Learning is done wherever a person is present
and active. When we consider which space
most people inhabit, we will conclude that the
biggest, most meaningful school is the city.
The thought that guided me when developing
projects that deal with the relationship
between cities and education was that the
former is an actual learning space, whose
residents are both teachers and students, and
the curriculum is based on direct encounters
where we learn from each other and share
content, ideas and experience.
While forming the educational program of
The White City Center, I wondered how to
best carry those ideas, that originate from
urban space, into an institution that examines
it; how can an organization operating out of
a building function as the beating heart of an urban space? And if educational activity
lays within every occurrence and is born out
of passion and curiosity to learn and evolve,
how can it be applied to an institution?
In museums and cultural institutions,
education is often managed under a sub-
division, but if education (or learning) is an
integral part of life, it cannot be reduced to a department; we must recognize that the
entire center is an educational organization.
This notion has consequences for the
operations of the Center and its staff and it requires great involvement. At the same
time, it allows them the freedom that comes
from framing the activity as an experiment. In
other words, the emphasis is not on achieving
goals, but on the process of searching.
The Liebling house, turning into The
White City Center once the renovation is over,
is a residential building. In this aspect, urban
dwelling practices are part of its spirit, and
are the object of study from the perspective of
architecture, conservation and urban thought.
The center considers itself as both teacher
and student of experts and residents. These
ideas have led me to develop the Center’s first
learning model: Apartment No. 2—a publicly
open educational space that maintains a
sense of intimacy and belonging.
Apartment No. 2 transformed from a
residential space to a place where one can
learn about dwelling through architecture,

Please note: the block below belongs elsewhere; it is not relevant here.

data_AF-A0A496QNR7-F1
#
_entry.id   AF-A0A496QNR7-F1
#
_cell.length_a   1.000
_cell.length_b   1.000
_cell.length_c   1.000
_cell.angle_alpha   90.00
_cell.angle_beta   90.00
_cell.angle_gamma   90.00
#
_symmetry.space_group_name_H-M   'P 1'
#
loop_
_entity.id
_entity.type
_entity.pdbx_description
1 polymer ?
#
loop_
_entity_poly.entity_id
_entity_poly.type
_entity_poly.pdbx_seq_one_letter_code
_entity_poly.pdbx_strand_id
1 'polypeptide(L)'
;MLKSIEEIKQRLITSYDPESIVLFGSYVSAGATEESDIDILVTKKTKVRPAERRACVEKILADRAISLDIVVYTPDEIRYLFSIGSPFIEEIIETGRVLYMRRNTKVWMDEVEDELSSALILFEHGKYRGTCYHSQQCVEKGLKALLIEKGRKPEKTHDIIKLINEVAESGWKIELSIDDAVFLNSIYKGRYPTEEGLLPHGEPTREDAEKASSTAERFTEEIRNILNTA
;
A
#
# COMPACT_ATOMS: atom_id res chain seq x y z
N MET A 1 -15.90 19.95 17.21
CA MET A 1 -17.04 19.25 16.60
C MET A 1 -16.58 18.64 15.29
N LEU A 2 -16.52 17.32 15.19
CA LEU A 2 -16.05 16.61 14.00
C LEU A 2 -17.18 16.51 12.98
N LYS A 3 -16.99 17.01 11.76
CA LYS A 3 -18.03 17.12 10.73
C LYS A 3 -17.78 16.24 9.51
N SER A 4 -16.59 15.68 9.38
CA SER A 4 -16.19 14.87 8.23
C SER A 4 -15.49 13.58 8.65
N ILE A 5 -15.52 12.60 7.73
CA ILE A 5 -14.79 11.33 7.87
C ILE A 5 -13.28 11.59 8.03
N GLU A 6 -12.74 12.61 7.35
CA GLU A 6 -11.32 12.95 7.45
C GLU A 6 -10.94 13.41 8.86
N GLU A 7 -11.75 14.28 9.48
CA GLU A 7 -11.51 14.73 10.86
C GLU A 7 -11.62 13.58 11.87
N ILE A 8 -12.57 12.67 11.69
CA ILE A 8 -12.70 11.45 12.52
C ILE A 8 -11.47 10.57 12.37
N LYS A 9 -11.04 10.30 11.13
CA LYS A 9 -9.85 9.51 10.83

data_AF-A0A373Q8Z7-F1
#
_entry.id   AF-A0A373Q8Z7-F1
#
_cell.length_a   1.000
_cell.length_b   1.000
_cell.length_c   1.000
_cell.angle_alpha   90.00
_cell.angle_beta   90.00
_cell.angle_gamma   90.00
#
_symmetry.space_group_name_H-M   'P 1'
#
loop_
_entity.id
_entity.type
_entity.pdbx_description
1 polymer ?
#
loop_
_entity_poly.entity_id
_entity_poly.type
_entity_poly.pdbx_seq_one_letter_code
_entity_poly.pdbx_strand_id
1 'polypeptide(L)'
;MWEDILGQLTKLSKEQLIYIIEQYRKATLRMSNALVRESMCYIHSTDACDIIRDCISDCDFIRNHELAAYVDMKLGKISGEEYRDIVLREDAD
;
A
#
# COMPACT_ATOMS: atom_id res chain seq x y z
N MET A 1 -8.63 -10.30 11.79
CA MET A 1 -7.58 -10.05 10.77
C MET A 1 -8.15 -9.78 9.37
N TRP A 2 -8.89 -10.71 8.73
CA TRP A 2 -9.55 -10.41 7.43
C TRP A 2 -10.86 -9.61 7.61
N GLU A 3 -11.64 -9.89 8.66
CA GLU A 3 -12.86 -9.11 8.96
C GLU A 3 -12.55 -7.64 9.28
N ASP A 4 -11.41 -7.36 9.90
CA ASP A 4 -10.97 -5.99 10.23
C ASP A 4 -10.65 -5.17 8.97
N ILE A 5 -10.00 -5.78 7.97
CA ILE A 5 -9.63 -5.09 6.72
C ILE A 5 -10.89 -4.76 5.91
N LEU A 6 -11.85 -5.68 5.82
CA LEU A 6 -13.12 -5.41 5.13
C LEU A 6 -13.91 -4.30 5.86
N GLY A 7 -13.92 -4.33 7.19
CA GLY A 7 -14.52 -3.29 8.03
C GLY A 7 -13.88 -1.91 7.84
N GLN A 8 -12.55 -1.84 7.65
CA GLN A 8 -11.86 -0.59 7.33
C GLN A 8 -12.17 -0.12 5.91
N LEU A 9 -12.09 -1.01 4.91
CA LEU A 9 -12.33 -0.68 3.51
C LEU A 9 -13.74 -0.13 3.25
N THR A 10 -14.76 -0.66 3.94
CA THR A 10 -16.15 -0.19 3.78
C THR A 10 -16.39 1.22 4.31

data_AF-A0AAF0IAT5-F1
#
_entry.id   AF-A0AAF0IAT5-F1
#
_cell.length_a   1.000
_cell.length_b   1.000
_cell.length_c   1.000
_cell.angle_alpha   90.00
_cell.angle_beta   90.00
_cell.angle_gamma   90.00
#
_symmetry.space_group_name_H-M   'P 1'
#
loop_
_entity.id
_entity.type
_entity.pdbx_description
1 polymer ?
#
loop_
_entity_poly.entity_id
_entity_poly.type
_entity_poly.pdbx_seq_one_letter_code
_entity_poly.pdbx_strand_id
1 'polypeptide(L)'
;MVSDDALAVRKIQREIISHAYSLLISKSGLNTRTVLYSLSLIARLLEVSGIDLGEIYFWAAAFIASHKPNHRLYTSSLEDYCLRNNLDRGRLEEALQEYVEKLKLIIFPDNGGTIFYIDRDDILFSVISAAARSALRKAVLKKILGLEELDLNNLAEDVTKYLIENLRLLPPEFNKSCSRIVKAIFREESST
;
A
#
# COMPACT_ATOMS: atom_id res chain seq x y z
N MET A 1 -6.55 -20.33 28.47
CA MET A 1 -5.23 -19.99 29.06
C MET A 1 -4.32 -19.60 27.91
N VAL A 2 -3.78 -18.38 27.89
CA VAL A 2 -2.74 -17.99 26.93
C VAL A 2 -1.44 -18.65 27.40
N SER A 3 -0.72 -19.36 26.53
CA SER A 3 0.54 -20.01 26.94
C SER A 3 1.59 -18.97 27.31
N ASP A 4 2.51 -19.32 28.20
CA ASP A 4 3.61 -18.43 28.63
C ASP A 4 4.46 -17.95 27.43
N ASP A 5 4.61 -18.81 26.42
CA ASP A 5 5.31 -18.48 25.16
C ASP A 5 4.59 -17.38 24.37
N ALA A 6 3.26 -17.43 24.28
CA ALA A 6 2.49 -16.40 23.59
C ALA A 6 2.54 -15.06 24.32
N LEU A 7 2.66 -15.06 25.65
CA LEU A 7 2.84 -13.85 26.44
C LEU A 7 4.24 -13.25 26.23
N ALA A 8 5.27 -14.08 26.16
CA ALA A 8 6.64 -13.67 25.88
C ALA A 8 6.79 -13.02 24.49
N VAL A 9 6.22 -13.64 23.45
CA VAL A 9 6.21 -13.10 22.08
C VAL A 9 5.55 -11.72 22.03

design and crafts. Its rooms have been
converted into work spaces occupied by
architects, designers, artists and artisans.
The framework is of a multidisciplinary studio,
where members spend their time, focusing on their own practices. In the afternoon, the
rooms are opened and the public is invited to
visit, choosing whether to develop a guided
personal project or join the ongoing activities,
like planning an apartment or developing a show.
The architecture studio deals with urban
living and the relationship a person has with
their place of residence. Through the question
of habitat we can review the fundamental
questions of architecture—aesthetics,
relations and proportions of space; the light;
and the materials.
The crafts and design studio is
dedicated to reviewing and creating useful
objects necessary for urban living. The
activities include studying the objects, the
need for them and how they are created—
from design to production. The meetings
combine craft and its cultural background
with contemporary design.
The writing and performance studio focuses on the personal story and its
relationship with the public urban space. It deals with the ability to tell a story and
how the urban space encompasses endless
narratives. The studio teaches writing,
playwriting, set design and performing in
front of an audience.
At the adjacent garden we learn about urban
ecology with the CityTree community, who
constructed a working and learning space
featuring a seedbed and nursery. Artists have
set up exhibition spaces around the garden,
where they showcase artworks and ideas. We also offer workshops at the apartment
and in the garden, as well as developing art
and architecture tours for children on-site and
throughout the city.